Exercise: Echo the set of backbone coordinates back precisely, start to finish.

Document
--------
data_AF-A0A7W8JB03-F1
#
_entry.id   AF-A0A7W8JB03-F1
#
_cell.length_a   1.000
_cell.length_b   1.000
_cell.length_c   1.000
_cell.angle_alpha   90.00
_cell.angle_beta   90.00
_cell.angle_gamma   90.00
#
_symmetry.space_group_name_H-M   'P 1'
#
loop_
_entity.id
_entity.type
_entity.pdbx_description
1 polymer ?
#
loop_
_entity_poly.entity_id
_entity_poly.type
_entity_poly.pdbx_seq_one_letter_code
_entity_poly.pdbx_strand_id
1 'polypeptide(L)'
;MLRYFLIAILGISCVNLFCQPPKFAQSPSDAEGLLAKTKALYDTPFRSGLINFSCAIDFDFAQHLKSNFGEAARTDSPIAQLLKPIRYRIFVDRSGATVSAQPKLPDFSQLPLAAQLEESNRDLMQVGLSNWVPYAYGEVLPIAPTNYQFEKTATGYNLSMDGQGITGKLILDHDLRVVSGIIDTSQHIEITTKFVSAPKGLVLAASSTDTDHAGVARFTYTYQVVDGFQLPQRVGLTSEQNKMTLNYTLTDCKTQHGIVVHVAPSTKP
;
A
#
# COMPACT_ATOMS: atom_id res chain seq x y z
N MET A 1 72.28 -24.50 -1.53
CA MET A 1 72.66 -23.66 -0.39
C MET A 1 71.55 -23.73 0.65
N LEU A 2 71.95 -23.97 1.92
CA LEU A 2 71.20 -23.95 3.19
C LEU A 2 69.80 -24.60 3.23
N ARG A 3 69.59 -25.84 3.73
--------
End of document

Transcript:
data_AF-A0A7W8JB03-F1
#
_entry.id   AF-A0A7W8JB03-F1
#
_cell.length_a   1.000
_cell.length_b   1.000
_cell.length_c   1.000
_cell.angle_alpha   90.00
_cell.angle_beta   90.00
_cell.angle_gamma   90.00
#
_symmetry.space_group_name_H-M   'P 1'
#
loop_
_entity.id
_entity.type
_entity.pdbx_description
1 polymer ?
#
loop_
_entity_poly.entity_id
_entity_poly.type
_entity_poly.pdbx_seq_one_letter_code
_entity_poly.pdbx_strand_id
1 'polypeptide(L)'
;MLRYFLIAILGISCVNLFCQPPKFAQSPSDAEGLLAKTKALYDTPFRSGLINFSCAIDFDFAQHLKSNFGEAARTDSPIAQLLKPIRYRIFVDRSGATVSAQPKLPDFSQLPLAAQLEESNRDLMQVGLSNWVPYAYGEVLPIAPTNYQFEKTATGYNLSMDGQGITGKLILDHDLRVVSGIIDTSQHIEITTKFVSAPKGLVLAASSTDTDHAGVARFTYTYQVVDGFQLPQRVGLTSEQNKMTLNYTLTDCKTQHGIVVHVAPSTKP
;
A
#
# COMPACT_ATOMS: atom_id res chain seq x y z
N MET A 1 72.28 -24.50 -1.53
CA MET A 1 72.66 -23.66 -0.39
C MET A 1 71.55 -23.73 0.65
N LEU A 2 71.95 -23.97 1.92
CA LEU A 2 71.20 -23.95 3.19
C LEU A 2 69.80 -24.60 3.23
N ARG A 3 69.59 -25.84 3.73